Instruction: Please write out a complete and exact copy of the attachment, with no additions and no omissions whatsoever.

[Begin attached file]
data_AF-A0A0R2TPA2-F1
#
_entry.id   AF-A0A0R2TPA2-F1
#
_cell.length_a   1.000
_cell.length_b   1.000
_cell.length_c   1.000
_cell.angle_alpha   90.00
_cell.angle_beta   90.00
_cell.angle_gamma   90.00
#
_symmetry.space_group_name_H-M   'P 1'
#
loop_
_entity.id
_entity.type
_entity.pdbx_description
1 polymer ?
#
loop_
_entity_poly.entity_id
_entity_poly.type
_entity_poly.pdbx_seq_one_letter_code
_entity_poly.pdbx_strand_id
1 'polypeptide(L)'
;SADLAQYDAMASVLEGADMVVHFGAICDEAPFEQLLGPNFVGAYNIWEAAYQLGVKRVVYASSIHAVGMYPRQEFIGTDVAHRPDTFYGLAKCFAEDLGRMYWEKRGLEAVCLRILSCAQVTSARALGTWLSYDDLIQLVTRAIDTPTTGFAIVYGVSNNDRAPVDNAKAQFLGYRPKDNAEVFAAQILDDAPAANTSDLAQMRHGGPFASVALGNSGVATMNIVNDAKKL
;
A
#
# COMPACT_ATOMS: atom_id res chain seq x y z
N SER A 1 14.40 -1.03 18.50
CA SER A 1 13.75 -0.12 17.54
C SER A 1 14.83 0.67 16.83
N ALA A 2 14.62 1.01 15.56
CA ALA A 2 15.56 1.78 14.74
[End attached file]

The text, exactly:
data_AF-A0A0R2TPA2-F1
#
_entry.id   AF-A0A0R2TPA2-F1
#
_cell.length_a   1.000
_cell.length_b   1.000
_cell.length_c   1.000
_cell.angle_alpha   90.00
_cell.angle_beta   90.00
_cell.angle_gamma   90.00
#
_symmetry.space_group_name_H-M   'P 1'
#
loop_
_entity.id
_entity.type
_entity.pdbx_description
1 polymer ?
#
loop_
_entity_poly.entity_id
_entity_poly.type
_entity_poly.pdbx_seq_one_letter_code
_entity_poly.pdbx_strand_id
1 'polypeptide(L)'
;SADLAQYDAMASVLEGADMVVHFGAICDEAPFEQLLGPNFVGAYNIWEAAYQLGVKRVVYASSIHAVGMYPRQEFIGTDVAHRPDTFYGLAKCFAEDLGRMYWEKRGLEAVCLRILSCAQVTSARALGTWLSYDDLIQLVTRAIDTPTTGFAIVYGVSNNDRAPVDNAKAQFLGYRPKDNAEVFAAQILDDAPAANTSDLAQMRHGGPFASVALGNSGVATMNIVNDAKKL
;
A
#
# COMPACT_ATOMS: atom_id res chain seq x y z
N SER A 1 14.40 -1.03 18.50
CA SER A 1 13.75 -0.12 17.54
C SER A 1 14.83 0.67 16.83
N ALA A 2 14.62 1.01 15.56
CA ALA A 2 15.56 1.78 14.74